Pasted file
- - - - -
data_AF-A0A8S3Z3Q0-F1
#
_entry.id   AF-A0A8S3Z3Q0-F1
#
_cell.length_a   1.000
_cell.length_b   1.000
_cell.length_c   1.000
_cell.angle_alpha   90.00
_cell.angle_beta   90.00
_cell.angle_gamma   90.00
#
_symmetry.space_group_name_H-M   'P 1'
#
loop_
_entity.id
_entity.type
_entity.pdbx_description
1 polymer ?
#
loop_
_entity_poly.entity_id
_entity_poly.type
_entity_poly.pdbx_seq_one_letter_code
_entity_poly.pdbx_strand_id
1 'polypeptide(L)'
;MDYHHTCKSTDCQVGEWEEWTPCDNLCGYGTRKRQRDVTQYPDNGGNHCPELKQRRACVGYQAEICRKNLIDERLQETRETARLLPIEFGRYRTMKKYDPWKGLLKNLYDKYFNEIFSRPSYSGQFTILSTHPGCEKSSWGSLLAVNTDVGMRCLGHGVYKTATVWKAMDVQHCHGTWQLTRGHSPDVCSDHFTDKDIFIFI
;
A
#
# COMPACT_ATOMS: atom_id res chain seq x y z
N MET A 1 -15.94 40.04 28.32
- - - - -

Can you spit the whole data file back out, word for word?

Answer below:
data_AF-A0A8S3Z3Q0-F1
#
_entry.id   AF-A0A8S3Z3Q0-F1
#
_cell.length_a   1.000
_cell.length_b   1.000
_cell.length_c   1.000
_cell.angle_alpha   90.00
_cell.angle_beta   90.00
_cell.angle_gamma   90.00
#
_symmetry.space_group_name_H-M   'P 1'
#
loop_
_entity.id
_entity.type
_entity.pdbx_description
1 polymer ?
#
loop_
_entity_poly.entity_id
_entity_poly.type
_entity_poly.pdbx_seq_one_letter_code
_entity_poly.pdbx_strand_id
1 'polypeptide(L)'
;MDYHHTCKSTDCQVGEWEEWTPCDNLCGYGTRKRQRDVTQYPDNGGNHCPELKQRRACVGYQAEICRKNLIDERLQETRETARLLPIEFGRYRTMKKYDPWKGLLKNLYDKYFNEIFSRPSYSGQFTILSTHPGCEKSSWGSLLAVNTDVGMRCLGHGVYKTATVWKAMDVQHCHGTWQLTRGHSPDVCSDHFTDKDIFIFI
;
A
#
# COMPACT_ATOMS: atom_id res chain seq x y z
N MET A 1 -15.94 40.04 28.32